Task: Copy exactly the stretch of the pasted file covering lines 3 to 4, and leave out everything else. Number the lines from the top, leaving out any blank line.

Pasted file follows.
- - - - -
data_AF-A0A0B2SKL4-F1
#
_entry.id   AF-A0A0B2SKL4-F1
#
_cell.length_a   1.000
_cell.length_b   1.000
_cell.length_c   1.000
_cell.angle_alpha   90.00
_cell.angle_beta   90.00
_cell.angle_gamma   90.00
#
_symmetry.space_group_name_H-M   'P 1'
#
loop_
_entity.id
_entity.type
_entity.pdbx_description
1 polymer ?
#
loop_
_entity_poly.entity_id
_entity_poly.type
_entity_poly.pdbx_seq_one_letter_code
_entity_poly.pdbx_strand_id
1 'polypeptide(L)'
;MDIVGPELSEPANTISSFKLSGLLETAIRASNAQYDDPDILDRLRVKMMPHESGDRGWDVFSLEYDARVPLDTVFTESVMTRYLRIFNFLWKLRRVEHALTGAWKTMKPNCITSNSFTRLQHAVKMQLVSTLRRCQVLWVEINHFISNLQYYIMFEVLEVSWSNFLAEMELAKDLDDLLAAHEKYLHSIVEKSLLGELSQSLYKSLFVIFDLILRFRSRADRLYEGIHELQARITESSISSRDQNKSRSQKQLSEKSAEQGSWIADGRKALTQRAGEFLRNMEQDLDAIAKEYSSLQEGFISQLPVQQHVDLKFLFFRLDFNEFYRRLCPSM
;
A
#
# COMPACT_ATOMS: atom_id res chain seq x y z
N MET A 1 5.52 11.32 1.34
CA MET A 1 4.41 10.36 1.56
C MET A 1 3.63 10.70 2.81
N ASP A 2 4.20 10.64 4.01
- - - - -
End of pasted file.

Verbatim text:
_entry.id   AF-A0A0B2SKL4-F1
#